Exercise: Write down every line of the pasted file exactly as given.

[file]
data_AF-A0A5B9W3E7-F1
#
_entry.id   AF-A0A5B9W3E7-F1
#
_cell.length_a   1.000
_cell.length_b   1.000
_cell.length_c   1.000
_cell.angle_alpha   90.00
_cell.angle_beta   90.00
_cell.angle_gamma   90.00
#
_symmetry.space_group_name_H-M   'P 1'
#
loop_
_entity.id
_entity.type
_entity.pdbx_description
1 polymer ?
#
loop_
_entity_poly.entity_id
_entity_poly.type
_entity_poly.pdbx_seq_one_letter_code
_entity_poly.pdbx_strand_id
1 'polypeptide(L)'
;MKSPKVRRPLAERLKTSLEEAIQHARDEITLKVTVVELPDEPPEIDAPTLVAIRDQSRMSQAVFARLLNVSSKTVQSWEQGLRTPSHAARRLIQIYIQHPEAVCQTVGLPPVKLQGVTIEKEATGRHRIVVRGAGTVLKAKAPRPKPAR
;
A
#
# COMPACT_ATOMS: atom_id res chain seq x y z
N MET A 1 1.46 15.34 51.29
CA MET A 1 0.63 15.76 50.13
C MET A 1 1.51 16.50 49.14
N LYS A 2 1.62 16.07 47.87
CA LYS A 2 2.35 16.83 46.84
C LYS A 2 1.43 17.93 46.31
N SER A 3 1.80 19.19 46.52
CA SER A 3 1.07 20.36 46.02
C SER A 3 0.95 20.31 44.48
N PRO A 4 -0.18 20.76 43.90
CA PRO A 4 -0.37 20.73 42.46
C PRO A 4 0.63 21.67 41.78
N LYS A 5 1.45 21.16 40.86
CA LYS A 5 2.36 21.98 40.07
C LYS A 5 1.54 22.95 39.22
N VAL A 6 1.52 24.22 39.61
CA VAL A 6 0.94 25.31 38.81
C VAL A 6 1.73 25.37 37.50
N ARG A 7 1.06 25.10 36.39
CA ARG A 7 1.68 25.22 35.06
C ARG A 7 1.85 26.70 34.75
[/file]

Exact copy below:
data_AF-A0A5B9W3E7-F1
#
_entry.id   AF-A0A5B9W3E7-F1
#
_cell.length_a   1.000
_cell.length_b   1.000
_cell.length_c   1.000
_cell.angle_alpha   90.00
_cell.angle_beta   90.00
_cell.angle_gamma   90.00
#
_symmetry.space_group_name_H-M   'P 1'
#
loop_
_entity.id
_entity.type
_entity.pdbx_description
1 polymer ?
#
loop_
_entity_poly.entity_id
_entity_poly.type
_entity_poly.pdbx_seq_one_letter_code
_entity_poly.pdbx_strand_id
1 'polypeptide(L)'
;MKSPKVRRPLAERLKTSLEEAIQHARDEITLKVTVVELPDEPPEIDAPTLVAIRDQSRMSQAVFARLLNVSSKTVQSWEQGLRTPSHAARRLIQIYIQHPEAVCQTVGLPPVKLQGVTIEKEATGRHRIVVRGAGTVLKAKAPRPKPAR
;
A
#
# COMPACT_ATOMS: atom_id res chain seq x y z
N MET A 1 1.46 15.34 51.29
CA MET A 1 0.63 15.76 50.13
C MET A 1 1.51 16.50 49.14
N LYS A 2 1.62 16.07 47.87
CA LYS A 2 2.35 16.83 46.84
C LYS A 2 1.43 17.93 46.31
N SER A 3 1.80 19.19 46.52
CA SER A 3 1.07 20.36 46.02
C SER A 3 0.95 20.31 44.48
N PRO A 4 -0.18 20.76 43.90
CA PRO A 4 -0.37 20.73 42.46
C PRO A 4 0.63 21.67 41.78
N LYS A 5 1.45 21.16 40.86
CA LYS A 5 2.36 21.98 40.07
C LYS A 5 1.54 22.95 39.22
N VAL A 6 1.52 24.22 39.61
CA VAL A 6 0.94 25.31 38.81
C VAL A 6 1.73 25.37 37.50
N ARG A 7 1.06 25.10 36.39
CA ARG A 7 1.68 25.22 35.06
C ARG A 7 1.85 26.70 34.75